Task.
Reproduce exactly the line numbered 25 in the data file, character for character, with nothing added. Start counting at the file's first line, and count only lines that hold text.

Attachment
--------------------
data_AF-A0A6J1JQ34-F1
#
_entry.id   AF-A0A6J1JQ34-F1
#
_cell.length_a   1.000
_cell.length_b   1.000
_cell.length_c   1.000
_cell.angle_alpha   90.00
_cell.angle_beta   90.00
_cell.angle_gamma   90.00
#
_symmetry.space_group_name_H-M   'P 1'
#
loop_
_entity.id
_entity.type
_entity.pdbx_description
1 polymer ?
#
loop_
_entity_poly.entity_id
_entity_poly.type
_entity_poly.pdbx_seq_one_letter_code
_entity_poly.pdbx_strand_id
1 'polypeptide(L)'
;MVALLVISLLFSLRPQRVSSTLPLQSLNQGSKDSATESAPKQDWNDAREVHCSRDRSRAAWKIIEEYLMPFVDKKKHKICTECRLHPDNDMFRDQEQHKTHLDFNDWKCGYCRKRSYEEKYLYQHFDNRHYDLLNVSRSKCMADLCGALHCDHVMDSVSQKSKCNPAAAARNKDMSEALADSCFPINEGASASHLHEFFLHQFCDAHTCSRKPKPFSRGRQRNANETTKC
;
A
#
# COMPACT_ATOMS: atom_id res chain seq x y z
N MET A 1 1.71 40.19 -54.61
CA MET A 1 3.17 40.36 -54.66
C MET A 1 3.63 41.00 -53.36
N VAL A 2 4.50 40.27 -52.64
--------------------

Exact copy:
1 'polypeptide(L)'